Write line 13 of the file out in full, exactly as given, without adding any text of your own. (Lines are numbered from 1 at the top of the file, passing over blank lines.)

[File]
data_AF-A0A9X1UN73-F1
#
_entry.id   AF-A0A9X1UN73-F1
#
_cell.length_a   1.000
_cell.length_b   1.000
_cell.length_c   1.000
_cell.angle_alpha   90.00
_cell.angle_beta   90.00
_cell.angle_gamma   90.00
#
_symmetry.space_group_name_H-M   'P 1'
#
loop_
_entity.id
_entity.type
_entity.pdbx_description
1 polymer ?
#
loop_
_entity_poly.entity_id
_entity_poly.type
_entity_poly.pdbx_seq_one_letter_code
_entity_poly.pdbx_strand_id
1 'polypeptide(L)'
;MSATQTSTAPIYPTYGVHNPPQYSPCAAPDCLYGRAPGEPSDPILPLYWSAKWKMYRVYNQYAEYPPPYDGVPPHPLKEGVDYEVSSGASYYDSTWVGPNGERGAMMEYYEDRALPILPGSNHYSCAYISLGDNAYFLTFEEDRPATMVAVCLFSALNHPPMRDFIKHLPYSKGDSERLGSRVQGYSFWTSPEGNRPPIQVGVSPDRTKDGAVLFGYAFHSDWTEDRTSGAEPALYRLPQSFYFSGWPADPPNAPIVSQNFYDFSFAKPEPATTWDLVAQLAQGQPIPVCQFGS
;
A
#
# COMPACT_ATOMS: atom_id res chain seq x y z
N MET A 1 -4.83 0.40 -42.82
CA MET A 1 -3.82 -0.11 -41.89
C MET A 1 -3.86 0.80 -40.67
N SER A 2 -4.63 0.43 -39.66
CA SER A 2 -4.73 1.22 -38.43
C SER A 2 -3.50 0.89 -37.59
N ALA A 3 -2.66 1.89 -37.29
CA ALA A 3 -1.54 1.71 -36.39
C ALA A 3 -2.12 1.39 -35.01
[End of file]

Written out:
#